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National Retail Federation Backs House Legislation to Fight Organized Retail Crime

8 in 10 surveyed retailers reported violence, aggression associated with such incidents rose in last year
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Organized retail crime remains a persistent threat to the retail industry, accounting for more than $94.5 billion in losses in 2021, the National Retail Federation (NRF) said recently in response to the U.S. House of Representatives introducing the Combating Organized Retail Crime Act of 2023.

“These sophisticated crimes permeate the entire retail ecosystem, impacting consumers, employees and communities nationwide,” said David French, senior vice president of government relations for the federation.

In late January, a bill was introduced that targets the rise in flash mob robberies and intricate retail theft schemes sweeping the nation, according to the office of Sen. Chuck Grassley (R-Iowa), who is sponsoring the bill with Sen. Catherine Cortez Masto (D-Nevada). The bill sets up a coordinated multi-agency response and creates tools to fight organized retail theft (ORC) trends.

“While retailers remain vigilant in the fight against ORC, federal support like the Combating Organized Retail Crime Act of 2023 is needed to level the playing field with additional resources and coordination among federal, state and local law enforcement agencies,” French said.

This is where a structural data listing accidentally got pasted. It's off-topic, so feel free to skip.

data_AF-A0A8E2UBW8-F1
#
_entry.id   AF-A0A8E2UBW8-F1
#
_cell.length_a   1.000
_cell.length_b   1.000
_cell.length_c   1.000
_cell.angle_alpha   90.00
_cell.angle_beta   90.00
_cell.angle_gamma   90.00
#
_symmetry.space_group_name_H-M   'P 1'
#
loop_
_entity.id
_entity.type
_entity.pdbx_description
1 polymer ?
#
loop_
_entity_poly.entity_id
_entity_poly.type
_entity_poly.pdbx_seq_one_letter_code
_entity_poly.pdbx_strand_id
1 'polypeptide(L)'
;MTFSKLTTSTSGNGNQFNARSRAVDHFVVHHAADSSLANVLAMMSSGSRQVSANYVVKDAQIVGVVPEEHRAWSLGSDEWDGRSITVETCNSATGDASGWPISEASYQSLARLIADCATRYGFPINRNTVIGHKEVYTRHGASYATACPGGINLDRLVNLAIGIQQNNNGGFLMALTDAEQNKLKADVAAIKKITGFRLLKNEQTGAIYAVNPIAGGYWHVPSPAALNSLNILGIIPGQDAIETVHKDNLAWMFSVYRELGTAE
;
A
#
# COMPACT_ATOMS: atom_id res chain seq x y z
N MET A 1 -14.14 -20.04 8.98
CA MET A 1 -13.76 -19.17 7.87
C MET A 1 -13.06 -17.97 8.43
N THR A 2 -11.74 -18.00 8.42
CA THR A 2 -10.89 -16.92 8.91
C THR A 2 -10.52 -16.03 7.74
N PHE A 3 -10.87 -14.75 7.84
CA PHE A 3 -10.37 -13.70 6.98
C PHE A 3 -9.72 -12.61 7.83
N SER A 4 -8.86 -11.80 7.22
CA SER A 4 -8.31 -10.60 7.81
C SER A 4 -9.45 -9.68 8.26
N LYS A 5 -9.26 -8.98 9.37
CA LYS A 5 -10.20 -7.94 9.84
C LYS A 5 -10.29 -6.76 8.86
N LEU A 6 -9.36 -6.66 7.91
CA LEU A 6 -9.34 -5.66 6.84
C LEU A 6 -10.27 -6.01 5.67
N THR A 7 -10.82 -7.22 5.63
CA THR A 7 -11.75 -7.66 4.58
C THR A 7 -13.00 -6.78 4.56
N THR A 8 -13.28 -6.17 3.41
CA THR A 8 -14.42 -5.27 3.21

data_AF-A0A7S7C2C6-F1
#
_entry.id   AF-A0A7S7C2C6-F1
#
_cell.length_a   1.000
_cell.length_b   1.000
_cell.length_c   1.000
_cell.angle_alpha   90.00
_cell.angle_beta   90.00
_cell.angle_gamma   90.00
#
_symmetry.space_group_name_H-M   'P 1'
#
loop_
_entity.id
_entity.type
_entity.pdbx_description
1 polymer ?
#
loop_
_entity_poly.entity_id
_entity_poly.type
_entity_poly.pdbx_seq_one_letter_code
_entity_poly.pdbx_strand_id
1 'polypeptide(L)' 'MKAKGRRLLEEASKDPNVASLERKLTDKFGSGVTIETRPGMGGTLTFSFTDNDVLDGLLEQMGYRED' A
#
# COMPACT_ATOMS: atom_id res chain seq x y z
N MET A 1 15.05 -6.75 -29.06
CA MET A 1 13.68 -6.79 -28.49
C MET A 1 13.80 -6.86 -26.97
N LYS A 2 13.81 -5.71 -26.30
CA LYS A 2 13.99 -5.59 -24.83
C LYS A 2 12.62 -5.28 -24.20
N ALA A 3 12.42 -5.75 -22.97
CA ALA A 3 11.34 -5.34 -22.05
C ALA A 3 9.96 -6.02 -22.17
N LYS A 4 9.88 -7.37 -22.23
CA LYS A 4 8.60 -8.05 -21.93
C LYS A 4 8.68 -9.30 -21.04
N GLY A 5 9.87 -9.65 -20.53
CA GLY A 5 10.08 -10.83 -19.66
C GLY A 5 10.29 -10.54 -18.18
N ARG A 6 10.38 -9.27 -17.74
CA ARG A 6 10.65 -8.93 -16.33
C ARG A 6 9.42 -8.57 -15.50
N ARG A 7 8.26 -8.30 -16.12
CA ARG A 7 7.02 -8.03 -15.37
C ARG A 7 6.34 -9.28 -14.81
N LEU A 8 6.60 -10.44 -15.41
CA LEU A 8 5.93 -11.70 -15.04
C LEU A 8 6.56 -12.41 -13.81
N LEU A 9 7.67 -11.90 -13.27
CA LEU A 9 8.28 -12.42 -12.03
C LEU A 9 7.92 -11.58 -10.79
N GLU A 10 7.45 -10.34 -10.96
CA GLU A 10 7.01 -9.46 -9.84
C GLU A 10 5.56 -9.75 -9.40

A cover report this month from CSP magazine examined violent crime at U.S. convenience stores, which has doubled over the last five years.

Among the findings in the CSP report, from the Buy Safe America Coalition:

  • 86.2% of retailers said an organized retail crime subject verbally threatened an associate.
  • 75.9% of retailers said an organized retail crime subject physically assaulted an associate.
  • 41% of retailers said an organized retail crime subject used a weapon to harm an associate.

The NRF said that eight in 10 surveyed retailers reported violence and aggression associated with organized retail crime incidents increased in the last year.

Other statistics in the CSP report:

  • The rate of death due to work-related violence in c-stores is 14 times that of the private industry overall, according to the Centers for Disease Control and Prevention.
  • Robberies at U.S. c-stores account for 6.6% of the national total, according to the FBI.
  • Robberies at U.S. gas stations account for 3.2% of the national total, according to the FBI.

“We commend Representatives Ken Buck (R-Colorado), Dave Joyce (R-Ohio), Susie Lee (D-Nevada) and Dina Titus, (D-Nevada) for their leadership to move this important legislation one step closer to becoming law,” French said.

This legislation is the House companion to S.140, introduced by Grassley and Masto.

Read CSP’s crime report here.

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